clearly demonstrate an ability to treat the patient sesitiviely, ensuring their comfort and dignity
Oral Examination: The strcutured oral examination assesses in-depth issues surounding radiotherapy planning, diagnostic imaging and clinical decision making and case management. Communication and ethical scenarios are addressed during this examination. It will mirror day-to-day clinical discussions and MDT meetings, essential elements to a Clinical Oncologist's role in the UK. There are several slides per question, and your answers can lead to further questions on subsequent slides by the examiners. The questions build as the discussion develops, and this oral examination allows each step of the case to be assessed and discussed as it would be in a real-life clinical scenario.
The strucutred oral examinations allow for fair, valid and reliable assessments due to:
uniformity of questions asked
pairing of examiners (junior and senior) allowing for oingoing training and accurate data capture and marking
four independent judgements of your performance
the examination is blueprinted against both the curriculum and the range of RCR-desingated skills required to be a competent oncologist in the NHS
the use of an objective marking scheme which details the essential points required to pass each qustion
As an overseas candidate, where & when can I sit the exams and how much will they cost me?
This link takes you to the examination updates section. Information on the dates, fees and venues for the FRCR examinations can found here.
How do I apply for the FRCR examinations?
UK Trainees are given priority for examination places, whilst overseas candidates are offered the remining places via a ballot system following the application closing date. If you've had your exam deferred due to cancellations over the last year, you will be prioritised.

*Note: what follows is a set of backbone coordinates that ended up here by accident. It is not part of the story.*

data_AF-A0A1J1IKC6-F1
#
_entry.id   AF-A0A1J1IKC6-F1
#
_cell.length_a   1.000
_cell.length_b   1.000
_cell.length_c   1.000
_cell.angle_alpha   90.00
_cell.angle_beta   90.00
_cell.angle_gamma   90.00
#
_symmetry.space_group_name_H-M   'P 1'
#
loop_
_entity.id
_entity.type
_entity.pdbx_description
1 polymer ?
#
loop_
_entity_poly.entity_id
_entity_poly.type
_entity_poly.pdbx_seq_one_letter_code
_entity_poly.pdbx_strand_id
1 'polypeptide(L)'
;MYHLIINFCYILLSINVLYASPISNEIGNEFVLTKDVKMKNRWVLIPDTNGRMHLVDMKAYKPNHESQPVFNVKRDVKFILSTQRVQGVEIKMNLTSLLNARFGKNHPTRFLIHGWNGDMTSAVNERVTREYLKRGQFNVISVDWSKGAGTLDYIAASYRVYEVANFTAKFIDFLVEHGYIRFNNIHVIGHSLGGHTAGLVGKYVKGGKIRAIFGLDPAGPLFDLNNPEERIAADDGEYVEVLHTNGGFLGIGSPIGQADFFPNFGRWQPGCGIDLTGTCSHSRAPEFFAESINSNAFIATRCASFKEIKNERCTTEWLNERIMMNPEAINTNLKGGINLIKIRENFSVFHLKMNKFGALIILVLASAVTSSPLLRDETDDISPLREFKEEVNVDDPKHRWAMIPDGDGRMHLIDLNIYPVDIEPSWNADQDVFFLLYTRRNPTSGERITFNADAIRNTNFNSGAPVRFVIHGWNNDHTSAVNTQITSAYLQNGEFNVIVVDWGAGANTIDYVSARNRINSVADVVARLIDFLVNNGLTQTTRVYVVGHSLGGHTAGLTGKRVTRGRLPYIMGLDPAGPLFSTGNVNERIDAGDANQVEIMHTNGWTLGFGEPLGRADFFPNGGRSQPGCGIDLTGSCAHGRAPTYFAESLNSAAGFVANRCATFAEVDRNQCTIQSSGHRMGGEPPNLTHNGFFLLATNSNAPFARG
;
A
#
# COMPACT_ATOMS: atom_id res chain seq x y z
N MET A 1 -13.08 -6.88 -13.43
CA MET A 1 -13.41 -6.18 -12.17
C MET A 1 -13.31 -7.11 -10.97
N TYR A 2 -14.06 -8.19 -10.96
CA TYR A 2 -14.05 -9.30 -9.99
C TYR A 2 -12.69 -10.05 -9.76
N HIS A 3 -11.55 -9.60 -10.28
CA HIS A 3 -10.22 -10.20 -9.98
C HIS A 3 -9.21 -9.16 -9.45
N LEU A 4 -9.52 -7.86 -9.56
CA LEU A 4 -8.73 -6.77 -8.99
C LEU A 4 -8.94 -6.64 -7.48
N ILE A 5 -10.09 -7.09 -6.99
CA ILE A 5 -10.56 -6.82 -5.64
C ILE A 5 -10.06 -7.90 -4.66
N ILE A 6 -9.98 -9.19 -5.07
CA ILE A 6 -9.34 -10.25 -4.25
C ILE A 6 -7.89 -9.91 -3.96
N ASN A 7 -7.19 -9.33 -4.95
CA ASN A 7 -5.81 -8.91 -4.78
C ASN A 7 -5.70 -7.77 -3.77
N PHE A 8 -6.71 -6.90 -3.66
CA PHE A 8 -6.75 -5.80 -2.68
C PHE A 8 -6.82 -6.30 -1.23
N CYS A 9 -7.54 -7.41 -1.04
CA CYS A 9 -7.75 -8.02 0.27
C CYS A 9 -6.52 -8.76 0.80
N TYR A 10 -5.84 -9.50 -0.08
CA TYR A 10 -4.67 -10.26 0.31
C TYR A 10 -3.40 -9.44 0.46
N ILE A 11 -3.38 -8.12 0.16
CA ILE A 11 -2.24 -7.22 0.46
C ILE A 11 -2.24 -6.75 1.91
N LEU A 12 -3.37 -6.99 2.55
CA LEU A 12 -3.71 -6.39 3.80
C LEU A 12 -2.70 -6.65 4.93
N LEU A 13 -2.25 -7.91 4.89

The Royal College urges anyone applying to read the examinations guidance before doing so. Applications are made online via the Royal College website here.
How should I prepare for the FRCR Oncology exams?
With lots of materials online, we have discussed with IMGs the best place to start looking for resources and materials relating to the exams. Most IMGs recommended starting with the Royal College, who have created useful resources to help you prepare, see below:
Syllabus: The syllabus should always be your go-to for your studies. This is what you will be tested on, so it should be the foundation of your studies and preparation. As of May 2021 the new curriculum has been approved by the GMC but is pending full publication. You can find this on the Royal College website here.
Clinical Oncology Curriculum implementation tools - a variety of tools are available to support the implementation of the new curricula. This page is very useful and has many different tools within the page. You can access it here.
Remote proctoring guidance - this is a new system and as with anything techy, problems can arise! Use this section of the Royal College to familiarise yourself with the new system with the new normal. Access this page here.
First FRCR examiners' reports - a guide for candidates and trainers preparing for future sittings. Access this here.
Trainees share their experiences of the Final FRCR examination - a two-part audio series featuring trainees talking about their experiences of preparing for and taking the examination.
Final FRCR examiner reports - a guide for candidates and trainers preparing for future sittings. Access the examiner reports archive here.
Final FRCR Part B demonstration films - clinical and oral demonstration videosAccess the Part B demonstration films here.
Sample oral questions - sample questions for the oral component of the Final FRCR Part B examination. You can access the sample questions here.
Connect with the Royal College - connect with the Royal College on YouTube to see their numerous videos that can be used for training and information purposes. Their channel can be found here.
I passed the FRCR Oncology exams! What next?
First of all, congratulations! After you have passed all three parts of your FRCR examinations, you can apply for a full registration with a license to practice. Once the GMC has approved your application, you can work as a doctor in the UK. This exam will form an integral part of any CESR application (if that is your route to specialist registration) and in most cases, if you have previous and relevant expereince, will allow you to practice as a locum consultant clinical oncologist whilst you are not an accredited specialist on the specialist register.